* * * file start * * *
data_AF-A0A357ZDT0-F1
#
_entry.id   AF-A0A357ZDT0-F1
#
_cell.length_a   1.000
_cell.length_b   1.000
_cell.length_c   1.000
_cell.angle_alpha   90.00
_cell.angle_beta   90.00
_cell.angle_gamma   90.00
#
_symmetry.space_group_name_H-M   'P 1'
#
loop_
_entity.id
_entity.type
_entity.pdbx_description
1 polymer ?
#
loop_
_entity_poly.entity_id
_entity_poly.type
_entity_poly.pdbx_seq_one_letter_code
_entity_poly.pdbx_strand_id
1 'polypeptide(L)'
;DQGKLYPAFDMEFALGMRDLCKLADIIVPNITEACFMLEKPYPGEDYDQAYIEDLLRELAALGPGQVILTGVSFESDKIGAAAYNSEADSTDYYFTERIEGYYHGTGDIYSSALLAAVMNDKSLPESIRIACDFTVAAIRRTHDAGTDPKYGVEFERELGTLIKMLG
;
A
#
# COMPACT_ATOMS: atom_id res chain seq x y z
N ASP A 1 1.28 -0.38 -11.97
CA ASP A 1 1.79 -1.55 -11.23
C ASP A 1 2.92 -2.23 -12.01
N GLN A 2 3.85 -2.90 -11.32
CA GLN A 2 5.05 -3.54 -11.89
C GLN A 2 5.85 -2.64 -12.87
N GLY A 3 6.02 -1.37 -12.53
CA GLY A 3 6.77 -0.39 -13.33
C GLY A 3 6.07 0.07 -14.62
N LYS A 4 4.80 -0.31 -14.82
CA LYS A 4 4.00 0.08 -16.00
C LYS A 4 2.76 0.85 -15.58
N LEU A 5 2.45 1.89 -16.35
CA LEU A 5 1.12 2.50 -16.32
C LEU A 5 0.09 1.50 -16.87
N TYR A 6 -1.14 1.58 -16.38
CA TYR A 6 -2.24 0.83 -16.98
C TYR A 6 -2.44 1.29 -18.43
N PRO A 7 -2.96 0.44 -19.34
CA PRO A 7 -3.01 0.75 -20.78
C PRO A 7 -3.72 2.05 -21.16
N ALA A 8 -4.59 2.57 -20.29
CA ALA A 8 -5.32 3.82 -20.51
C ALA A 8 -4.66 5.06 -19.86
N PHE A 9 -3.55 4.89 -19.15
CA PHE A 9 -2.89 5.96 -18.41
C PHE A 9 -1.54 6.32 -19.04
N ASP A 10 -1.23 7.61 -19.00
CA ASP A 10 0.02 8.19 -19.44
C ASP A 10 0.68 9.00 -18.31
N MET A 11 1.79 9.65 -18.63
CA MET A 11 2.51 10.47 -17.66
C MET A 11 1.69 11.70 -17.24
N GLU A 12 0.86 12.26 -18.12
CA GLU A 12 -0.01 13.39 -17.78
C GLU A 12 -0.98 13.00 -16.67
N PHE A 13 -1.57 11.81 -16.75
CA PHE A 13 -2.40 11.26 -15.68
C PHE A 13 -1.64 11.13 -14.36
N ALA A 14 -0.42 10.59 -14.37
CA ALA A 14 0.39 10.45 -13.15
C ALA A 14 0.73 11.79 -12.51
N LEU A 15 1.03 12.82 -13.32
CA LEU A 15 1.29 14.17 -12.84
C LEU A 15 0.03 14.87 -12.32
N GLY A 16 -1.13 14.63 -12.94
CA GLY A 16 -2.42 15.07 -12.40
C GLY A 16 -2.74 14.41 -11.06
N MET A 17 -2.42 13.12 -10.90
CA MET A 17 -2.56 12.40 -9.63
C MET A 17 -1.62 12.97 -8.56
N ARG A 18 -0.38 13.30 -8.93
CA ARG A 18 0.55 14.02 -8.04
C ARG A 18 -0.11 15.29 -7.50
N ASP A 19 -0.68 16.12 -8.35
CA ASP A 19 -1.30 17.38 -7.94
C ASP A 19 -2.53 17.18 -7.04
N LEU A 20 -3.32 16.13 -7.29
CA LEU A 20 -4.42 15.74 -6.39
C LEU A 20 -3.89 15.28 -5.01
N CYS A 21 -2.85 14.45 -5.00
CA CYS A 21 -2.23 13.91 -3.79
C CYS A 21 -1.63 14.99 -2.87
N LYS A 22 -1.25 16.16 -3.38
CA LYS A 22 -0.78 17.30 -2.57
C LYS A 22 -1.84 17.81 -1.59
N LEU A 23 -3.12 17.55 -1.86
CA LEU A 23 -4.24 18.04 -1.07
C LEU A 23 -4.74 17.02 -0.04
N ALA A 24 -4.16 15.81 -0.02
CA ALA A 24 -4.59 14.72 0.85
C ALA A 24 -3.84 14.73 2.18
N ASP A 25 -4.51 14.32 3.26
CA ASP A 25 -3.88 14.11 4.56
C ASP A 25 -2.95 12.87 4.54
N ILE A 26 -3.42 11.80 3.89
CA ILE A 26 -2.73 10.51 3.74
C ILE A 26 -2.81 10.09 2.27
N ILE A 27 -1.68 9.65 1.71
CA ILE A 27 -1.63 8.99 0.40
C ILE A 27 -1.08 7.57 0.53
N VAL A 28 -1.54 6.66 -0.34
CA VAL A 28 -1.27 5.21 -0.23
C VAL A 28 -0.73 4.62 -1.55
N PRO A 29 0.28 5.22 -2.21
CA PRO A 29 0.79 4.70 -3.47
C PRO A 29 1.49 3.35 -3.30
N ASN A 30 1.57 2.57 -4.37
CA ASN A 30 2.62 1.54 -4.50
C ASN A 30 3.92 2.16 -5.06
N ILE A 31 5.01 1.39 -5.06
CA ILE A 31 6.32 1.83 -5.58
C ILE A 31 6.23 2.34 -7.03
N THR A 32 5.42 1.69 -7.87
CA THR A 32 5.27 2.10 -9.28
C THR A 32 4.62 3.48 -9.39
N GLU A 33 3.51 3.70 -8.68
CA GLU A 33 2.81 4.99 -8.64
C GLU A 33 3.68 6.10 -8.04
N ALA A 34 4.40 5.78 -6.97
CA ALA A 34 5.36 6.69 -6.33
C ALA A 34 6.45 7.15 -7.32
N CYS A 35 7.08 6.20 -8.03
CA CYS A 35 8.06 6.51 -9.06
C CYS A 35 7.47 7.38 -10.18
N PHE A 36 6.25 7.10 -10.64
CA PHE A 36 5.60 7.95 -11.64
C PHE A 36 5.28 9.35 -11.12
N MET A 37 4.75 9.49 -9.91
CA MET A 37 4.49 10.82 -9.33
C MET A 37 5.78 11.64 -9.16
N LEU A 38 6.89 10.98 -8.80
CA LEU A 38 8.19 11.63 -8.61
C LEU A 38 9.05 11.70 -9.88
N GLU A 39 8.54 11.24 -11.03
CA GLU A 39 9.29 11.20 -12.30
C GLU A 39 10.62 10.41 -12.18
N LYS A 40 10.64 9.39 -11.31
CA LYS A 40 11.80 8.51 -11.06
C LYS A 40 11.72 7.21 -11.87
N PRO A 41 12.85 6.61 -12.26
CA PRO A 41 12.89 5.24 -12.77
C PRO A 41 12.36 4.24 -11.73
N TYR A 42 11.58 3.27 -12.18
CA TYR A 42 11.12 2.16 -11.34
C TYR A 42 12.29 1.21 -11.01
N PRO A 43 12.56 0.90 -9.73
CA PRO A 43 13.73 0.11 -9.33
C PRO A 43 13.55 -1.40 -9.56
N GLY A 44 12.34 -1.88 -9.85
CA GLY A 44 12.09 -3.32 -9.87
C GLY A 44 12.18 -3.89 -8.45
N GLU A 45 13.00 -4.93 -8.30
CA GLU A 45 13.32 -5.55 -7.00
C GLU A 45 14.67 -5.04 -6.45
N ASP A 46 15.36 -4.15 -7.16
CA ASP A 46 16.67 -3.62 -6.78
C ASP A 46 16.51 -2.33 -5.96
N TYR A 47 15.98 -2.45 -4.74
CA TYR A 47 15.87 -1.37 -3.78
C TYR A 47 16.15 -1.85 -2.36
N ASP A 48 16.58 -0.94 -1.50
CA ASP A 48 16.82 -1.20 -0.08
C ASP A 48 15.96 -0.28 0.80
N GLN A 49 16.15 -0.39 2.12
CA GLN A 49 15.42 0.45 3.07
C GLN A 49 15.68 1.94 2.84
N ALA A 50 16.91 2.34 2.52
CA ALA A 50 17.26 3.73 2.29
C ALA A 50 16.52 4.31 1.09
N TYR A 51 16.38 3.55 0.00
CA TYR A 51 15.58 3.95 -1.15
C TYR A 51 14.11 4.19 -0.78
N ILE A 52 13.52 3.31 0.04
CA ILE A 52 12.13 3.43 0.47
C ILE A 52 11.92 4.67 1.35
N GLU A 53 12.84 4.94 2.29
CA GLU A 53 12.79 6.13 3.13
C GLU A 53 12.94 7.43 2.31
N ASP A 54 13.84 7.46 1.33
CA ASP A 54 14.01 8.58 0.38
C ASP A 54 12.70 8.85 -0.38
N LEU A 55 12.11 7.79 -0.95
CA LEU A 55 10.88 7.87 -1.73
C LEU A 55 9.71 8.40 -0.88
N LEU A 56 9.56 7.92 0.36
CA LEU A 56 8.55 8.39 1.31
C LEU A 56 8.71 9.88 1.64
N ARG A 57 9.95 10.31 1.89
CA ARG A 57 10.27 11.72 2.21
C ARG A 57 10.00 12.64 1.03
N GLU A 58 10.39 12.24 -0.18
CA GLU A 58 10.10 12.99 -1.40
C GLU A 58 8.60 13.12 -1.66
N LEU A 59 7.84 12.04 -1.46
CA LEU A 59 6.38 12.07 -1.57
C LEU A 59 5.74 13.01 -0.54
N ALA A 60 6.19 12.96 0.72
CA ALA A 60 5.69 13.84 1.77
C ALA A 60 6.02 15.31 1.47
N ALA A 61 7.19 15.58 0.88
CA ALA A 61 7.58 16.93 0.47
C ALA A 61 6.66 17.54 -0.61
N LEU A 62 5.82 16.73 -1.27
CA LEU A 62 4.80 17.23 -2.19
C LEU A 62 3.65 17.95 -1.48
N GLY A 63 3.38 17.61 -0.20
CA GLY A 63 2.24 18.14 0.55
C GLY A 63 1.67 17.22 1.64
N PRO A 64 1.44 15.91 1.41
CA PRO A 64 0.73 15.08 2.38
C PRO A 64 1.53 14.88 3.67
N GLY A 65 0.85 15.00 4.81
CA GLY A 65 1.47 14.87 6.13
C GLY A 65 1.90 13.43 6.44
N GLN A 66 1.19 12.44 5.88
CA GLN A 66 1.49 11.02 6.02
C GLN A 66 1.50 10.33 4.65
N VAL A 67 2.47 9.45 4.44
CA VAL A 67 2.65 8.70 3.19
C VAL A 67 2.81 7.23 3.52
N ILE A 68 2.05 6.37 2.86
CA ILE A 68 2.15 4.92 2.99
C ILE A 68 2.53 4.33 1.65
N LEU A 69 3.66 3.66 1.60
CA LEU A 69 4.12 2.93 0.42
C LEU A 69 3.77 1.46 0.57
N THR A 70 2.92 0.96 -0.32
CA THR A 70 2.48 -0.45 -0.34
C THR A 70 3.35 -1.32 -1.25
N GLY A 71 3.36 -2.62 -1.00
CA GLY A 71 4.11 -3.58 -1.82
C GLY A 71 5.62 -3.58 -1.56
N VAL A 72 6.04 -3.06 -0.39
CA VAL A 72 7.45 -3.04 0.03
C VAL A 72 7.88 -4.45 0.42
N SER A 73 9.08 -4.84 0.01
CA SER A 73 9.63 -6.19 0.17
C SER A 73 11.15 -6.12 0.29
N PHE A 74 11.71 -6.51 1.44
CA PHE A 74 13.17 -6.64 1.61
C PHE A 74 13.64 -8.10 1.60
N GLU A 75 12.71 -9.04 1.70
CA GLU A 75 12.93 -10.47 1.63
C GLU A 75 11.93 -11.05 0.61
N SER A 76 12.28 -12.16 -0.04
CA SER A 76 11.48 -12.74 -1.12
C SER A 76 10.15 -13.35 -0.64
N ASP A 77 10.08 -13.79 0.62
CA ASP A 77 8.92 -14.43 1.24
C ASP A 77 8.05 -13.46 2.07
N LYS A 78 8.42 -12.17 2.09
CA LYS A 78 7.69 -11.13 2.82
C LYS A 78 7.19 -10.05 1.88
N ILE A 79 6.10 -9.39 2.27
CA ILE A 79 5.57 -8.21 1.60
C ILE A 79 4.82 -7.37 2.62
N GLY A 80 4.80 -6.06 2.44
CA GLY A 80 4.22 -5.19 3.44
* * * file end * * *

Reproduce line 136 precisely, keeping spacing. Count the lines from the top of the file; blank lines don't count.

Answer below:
N PHE A 36 6.25 7.10 -10.64